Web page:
What is Acute Otitis Media?
Otitis or acute otitis media, or more simply infection of the middle ear is common in children, and may come on in the middle of the night. It is occasionally described as a knife stabbing through the head. It may be very severe.
Often the child wakes up with an acutely painful ear, the pain coming from deep inside. There may be a fever, and small children may cry from the discomfort. Incidentally, it is also quite common if the child has been swimming in infected water. The germs invade the canal or the throat, and infection occurs from that side. It is important that backyard swimming pools be adequately sterilised. A fairly recent check in Sydney and Melbourne showed that up to 60 per cent of pools were not properly germ-free, simply because the owners had not carried out the instructions on the sterilising material properly. Too much is bad. Similarly, too little is also hazardous. It’s not hard to strike the happy medium.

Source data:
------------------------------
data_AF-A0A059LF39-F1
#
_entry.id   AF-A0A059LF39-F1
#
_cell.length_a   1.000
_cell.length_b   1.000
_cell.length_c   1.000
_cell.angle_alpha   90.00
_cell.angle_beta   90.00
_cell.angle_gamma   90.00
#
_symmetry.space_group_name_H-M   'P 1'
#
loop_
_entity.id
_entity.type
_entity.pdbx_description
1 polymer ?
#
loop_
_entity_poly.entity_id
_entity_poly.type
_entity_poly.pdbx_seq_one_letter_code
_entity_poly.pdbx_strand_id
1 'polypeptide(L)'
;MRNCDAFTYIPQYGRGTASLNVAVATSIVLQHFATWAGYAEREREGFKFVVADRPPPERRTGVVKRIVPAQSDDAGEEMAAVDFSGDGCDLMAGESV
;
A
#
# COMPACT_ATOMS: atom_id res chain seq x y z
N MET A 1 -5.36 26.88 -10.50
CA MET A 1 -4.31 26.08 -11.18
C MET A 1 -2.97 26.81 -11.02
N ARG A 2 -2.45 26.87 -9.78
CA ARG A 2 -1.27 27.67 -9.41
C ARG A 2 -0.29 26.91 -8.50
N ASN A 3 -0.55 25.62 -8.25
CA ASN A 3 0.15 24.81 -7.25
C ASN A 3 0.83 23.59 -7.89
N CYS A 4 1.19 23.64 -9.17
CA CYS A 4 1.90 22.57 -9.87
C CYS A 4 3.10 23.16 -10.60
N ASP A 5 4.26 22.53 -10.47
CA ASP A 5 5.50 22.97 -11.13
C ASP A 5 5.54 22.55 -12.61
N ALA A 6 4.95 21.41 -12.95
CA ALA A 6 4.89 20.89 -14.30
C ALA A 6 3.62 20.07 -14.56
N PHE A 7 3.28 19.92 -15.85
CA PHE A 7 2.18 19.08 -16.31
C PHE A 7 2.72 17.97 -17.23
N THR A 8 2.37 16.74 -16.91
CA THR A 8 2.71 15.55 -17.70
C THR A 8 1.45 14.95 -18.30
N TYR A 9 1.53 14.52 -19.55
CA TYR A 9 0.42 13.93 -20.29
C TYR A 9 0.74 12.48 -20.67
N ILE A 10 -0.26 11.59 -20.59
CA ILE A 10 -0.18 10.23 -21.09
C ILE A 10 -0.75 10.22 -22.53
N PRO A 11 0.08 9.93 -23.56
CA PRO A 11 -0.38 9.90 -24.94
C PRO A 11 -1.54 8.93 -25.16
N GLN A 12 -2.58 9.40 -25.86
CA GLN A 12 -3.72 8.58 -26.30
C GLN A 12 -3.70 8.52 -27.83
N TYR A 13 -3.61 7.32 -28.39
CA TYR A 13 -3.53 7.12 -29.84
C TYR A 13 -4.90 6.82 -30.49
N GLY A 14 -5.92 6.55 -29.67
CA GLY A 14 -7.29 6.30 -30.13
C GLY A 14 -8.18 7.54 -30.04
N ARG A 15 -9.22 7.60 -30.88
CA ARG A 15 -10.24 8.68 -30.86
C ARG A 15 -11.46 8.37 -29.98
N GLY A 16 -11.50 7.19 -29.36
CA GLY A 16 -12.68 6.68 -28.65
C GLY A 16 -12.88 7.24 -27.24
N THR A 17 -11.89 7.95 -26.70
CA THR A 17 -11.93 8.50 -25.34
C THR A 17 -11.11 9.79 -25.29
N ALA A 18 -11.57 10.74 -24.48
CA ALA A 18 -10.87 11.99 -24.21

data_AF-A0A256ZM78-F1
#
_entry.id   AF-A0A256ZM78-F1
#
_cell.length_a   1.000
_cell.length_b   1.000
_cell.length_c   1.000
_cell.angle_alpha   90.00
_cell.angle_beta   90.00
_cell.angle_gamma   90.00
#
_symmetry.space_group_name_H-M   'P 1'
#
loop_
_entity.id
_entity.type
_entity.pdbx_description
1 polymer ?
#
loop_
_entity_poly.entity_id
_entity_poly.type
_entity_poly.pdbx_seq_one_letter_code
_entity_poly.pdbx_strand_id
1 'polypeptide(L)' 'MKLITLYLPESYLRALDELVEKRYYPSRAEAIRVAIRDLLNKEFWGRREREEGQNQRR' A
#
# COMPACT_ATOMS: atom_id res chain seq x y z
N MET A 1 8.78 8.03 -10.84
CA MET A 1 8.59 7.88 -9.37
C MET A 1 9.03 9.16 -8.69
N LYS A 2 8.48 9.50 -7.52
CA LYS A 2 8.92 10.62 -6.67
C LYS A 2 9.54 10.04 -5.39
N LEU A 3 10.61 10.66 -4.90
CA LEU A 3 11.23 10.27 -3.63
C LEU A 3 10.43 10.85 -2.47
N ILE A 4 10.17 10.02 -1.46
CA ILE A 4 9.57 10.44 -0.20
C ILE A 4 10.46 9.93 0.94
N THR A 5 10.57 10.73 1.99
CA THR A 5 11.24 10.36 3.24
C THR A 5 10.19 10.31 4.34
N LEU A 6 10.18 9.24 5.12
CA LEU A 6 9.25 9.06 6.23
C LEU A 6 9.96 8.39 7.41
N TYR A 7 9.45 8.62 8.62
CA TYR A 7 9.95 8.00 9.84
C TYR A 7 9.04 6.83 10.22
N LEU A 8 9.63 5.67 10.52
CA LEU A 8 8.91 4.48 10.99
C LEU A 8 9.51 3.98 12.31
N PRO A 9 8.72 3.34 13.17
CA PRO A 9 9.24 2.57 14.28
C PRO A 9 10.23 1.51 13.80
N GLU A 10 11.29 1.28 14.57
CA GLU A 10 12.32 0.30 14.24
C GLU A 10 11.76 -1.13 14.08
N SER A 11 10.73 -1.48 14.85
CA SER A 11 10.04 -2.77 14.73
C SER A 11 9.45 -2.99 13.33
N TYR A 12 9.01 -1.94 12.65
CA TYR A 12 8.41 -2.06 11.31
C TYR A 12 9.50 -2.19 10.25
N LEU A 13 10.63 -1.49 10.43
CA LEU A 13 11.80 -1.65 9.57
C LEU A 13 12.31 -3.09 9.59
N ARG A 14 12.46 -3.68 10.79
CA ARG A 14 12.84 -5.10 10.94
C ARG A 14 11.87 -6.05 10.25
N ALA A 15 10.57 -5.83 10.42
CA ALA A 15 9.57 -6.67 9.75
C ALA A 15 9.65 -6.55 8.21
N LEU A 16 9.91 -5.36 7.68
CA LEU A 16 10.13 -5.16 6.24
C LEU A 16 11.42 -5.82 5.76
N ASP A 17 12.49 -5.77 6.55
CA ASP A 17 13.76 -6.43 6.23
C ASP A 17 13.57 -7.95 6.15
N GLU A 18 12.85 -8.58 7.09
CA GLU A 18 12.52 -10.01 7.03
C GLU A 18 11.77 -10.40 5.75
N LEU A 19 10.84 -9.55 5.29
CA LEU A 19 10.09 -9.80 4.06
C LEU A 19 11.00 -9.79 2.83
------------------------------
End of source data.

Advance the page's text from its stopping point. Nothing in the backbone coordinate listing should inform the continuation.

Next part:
Acute Otitis Media Causes
There are many causes. Commonly it tracks up from the back part of the throat and nose, perhaps during, or more likely several days or even weeks after, a simple sore throat or common cold. It may also follow sinusitis, or any of the infectious disorders, such as measles, mumps, rubella, tonsillitis or sinusitis.
Acute Otitis Media Treatment
It is well worth having the doctor check any ear pain, especially if it is related to a fever, or if it is worsening, or following some other type of infection.
It’s wise to have the doctor check an earache, especially if it worsens and there is a fever. Once again the physician will inspect the canal with the auriscope, and often the drum, normally a whitish, shiny colour, will be a fiery red. There may be swollen glands in front of or behind the ear, and a fever.
Usually antibiotics are prescribed. The semisynthetic penicillin (such as ampicillin or amoxycillin, or the cephalosporins) is often used with speedy results and excellent effect, but the doctor will decide what is best at the time. Infections in a district often run in a “fashion cycle,” and sometimes one particular antibiotic may be better than others.
Ear drops are not advised, for they do not help much. For pain relief and fevers, paracetamol elixir is effective and may be given with safety. Check the label for the dose that varies with age. Under no circumstances should anything be poked into the ear, unless under instruction from the physician.